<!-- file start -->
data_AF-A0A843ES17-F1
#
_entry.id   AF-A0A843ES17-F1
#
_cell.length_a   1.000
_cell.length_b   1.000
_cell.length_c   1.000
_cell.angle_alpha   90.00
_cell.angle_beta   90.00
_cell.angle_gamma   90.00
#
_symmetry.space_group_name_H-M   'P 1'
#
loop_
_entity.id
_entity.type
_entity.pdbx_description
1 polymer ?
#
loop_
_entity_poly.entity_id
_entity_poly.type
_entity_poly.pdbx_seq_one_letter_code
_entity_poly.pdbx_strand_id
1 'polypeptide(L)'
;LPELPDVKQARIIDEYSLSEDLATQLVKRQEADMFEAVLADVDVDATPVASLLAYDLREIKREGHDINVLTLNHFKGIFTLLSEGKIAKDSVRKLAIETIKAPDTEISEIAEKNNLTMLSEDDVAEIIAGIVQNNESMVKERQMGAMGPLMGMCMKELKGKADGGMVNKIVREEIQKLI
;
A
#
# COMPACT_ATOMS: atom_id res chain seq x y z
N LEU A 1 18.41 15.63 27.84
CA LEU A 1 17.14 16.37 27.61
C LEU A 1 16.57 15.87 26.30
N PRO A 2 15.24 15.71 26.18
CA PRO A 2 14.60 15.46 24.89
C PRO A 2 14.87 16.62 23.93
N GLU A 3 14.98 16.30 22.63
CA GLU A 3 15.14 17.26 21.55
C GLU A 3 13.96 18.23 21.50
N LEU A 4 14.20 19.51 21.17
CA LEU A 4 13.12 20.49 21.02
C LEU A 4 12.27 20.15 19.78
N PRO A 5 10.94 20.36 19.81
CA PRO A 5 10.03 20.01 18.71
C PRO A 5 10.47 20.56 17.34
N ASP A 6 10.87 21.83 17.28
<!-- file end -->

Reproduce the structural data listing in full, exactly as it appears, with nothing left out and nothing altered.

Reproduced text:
data_AF-A0A843ES17-F1
#
_entry.id   AF-A0A843ES17-F1
#
_cell.length_a   1.000
_cell.length_b   1.000
_cell.length_c   1.000
_cell.angle_alpha   90.00
_cell.angle_beta   90.00
_cell.angle_gamma   90.00
#
_symmetry.space_group_name_H-M   'P 1'
#
loop_
_entity.id
_entity.type
_entity.pdbx_description
1 polymer ?
#
loop_
_entity_poly.entity_id
_entity_poly.type
_entity_poly.pdbx_seq_one_letter_code
_entity_poly.pdbx_strand_id
1 'polypeptide(L)'
;LPELPDVKQARIIDEYSLSEDLATQLVKRQEADMFEAVLADVDVDATPVASLLAYDLREIKREGHDINVLTLNHFKGIFTLLSEGKIAKDSVRKLAIETIKAPDTEISEIAEKNNLTMLSEDDVAEIIAGIVQNNESMVKERQMGAMGPLMGMCMKELKGKADGGMVNKIVREEIQKLI
;
A
#
# COMPACT_ATOMS: atom_id res chain seq x y z
N LEU A 1 18.41 15.63 27.84
CA LEU A 1 17.14 16.37 27.61
C LEU A 1 16.57 15.87 26.30
N PRO A 2 15.24 15.71 26.18
CA PRO A 2 14.60 15.46 24.89
C PRO A 2 14.87 16.62 23.93
N GLU A 3 14.98 16.30 22.63
CA GLU A 3 15.14 17.26 21.55
C GLU A 3 13.96 18.23 21.50
N LEU A 4 14.20 19.51 21.17
CA LEU A 4 13.12 20.49 21.02
C LEU A 4 12.27 20.15 19.78
N PRO A 5 10.94 20.36 19.81
CA PRO A 5 10.03 20.01 18.71
C PRO A 5 10.47 20.56 17.34
N ASP A 6 10.87 21.83 17.28